Framingham (MA) – Another market research firm is weighing in on the potential market impact of the iPhone: While stating that the iPhone already is a success, IDC said that the device has shortcomings that may prevent the mass market from adopting it.Apple and AT&T are readying the iPhone for launch in ten days and you would expect the excitement over the company’s first phone to be building up. But at least, it appears, analysts aren’t so convinced that Apple has a product on its hands that will take the market by storm.
IDC is the latest market research firm to issue some doubts about the market opportunity of the iPhone. In a recently conducted survey among 456 randomly chosen individuals on www.MyProductAdvisor.com, 60% of respondents said that they were interested in the phone, but also said they were unlikely to buy one anytime soon. Only 10% of the respondents said that they would be purchasing an iPhone.
We don’t know how much this survey will align with the real world, but interestingly enough, the result would make one believe that Apple’s goal for the iPhone - to achieve 1% market share during the product’s first year of availability - is very conservative. However, put into perspective, 1% market share translates into more than 10 million sold iPhones in the first year. In the specific market segment the iPhone is competing in (phones with price tags of $500 and above), the 10 million phone sales target translates into a market share of more than 10%.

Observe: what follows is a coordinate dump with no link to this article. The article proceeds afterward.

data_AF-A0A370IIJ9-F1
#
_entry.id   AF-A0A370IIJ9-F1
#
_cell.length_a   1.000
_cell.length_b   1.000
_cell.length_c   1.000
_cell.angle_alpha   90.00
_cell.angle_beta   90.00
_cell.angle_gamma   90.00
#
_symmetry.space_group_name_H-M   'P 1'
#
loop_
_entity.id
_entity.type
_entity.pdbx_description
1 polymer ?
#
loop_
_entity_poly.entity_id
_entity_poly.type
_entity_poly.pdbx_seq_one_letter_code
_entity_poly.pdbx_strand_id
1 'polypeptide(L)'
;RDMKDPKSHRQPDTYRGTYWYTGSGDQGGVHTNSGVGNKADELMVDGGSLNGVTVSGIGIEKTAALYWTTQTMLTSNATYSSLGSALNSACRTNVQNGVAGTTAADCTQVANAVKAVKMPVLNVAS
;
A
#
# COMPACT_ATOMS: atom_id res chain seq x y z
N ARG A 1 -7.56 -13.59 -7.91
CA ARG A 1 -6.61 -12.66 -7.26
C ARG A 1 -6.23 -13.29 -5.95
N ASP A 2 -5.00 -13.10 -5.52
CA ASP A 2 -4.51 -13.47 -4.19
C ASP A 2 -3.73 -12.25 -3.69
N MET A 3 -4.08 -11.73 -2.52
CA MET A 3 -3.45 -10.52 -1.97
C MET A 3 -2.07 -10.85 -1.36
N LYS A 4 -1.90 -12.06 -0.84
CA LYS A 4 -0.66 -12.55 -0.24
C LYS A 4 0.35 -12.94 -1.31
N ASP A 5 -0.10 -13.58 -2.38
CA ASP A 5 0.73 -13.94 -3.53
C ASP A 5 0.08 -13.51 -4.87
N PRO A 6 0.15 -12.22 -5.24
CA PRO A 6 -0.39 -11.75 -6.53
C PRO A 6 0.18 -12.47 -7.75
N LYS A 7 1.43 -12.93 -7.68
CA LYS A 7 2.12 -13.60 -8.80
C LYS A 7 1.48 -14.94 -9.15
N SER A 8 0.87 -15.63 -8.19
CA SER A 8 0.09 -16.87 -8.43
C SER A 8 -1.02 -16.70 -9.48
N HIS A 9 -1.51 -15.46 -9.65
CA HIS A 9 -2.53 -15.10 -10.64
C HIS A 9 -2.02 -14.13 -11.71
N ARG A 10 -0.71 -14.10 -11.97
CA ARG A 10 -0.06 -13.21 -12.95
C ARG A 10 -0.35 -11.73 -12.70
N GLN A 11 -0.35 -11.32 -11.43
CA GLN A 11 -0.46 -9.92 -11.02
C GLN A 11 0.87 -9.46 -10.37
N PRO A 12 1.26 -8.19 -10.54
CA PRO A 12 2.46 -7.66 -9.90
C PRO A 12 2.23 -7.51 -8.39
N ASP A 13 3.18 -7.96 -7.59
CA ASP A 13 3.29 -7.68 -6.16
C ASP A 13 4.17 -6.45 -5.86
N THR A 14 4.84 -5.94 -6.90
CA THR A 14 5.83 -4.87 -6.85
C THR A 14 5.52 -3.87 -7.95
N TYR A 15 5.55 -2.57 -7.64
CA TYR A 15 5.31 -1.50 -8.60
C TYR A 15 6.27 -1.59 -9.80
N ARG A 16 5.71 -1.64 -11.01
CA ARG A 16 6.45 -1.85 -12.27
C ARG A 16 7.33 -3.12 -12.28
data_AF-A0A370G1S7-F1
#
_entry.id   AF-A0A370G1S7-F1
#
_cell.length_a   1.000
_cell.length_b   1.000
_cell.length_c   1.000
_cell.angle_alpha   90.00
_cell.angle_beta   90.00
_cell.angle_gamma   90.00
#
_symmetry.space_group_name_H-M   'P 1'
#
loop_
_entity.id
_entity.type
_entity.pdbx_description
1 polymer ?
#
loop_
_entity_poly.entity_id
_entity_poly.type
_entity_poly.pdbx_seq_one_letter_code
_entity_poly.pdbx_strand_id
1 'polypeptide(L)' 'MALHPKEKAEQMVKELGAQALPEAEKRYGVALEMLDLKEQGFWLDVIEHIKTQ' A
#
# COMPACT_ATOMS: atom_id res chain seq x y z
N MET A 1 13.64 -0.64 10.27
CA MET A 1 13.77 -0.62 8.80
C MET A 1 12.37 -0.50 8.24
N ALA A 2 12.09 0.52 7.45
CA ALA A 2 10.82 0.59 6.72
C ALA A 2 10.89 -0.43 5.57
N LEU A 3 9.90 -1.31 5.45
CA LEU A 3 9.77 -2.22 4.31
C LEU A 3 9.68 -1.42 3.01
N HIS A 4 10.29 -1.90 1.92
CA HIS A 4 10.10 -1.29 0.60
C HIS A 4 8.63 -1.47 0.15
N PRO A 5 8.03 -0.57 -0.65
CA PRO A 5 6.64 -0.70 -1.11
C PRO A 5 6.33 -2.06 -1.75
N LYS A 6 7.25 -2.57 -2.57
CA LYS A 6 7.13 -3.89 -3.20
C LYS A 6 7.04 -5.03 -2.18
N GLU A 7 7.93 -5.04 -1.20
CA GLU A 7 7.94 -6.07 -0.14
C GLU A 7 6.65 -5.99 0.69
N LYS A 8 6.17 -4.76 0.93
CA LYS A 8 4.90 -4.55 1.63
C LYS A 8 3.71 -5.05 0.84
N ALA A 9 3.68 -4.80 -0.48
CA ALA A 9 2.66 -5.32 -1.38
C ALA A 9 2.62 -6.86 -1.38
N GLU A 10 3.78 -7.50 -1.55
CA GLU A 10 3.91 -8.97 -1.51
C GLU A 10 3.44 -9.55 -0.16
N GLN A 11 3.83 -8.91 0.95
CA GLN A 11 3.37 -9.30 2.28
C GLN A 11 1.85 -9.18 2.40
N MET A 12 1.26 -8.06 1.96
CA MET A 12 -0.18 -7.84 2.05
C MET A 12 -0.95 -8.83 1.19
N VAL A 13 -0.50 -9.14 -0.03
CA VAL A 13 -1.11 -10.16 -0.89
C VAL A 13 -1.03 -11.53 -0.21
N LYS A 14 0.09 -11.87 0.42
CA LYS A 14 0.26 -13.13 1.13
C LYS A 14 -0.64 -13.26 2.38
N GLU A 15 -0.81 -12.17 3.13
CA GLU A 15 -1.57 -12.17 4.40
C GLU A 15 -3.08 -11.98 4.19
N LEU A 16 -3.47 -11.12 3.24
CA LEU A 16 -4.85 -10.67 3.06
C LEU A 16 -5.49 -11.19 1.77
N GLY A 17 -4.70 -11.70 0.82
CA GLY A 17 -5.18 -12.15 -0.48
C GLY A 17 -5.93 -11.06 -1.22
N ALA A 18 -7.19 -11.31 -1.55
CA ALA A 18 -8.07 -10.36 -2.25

IDC found that most consumers who are interested in the iPhone but ultimately will skip the device find the cost of device ($500 for the 4 GB version and $600 for the 8 GB version) and the cost to be switching to AT&T as too expensive. Nearly 18% of respondents in the IDC survey said that they would be considering a purchase of the phone if it were priced at $299 or below. 17% of respondents mentioned they would be buying the phone if it were offered by their current carrier.
The most convincing reason to buy an iPhone, IDC found, apparently is a potential to combine two devices: According to senior analyst Chris Hazelton, most people interested in buying the iPhone are looking for an opportunity to merge their cellphone and MP3 player into one device.
Nevertheless, IDC already considers the iPhone a “success”, due to the fact that it has “captured the mind share” in the market. Financial success will be a different story, but Apple is likely to be using the iPhone to opening up its product and software platforms to a whole new market, which will enable the company to market all its other products, including desktop and notebook computers, to a new group of potential customers.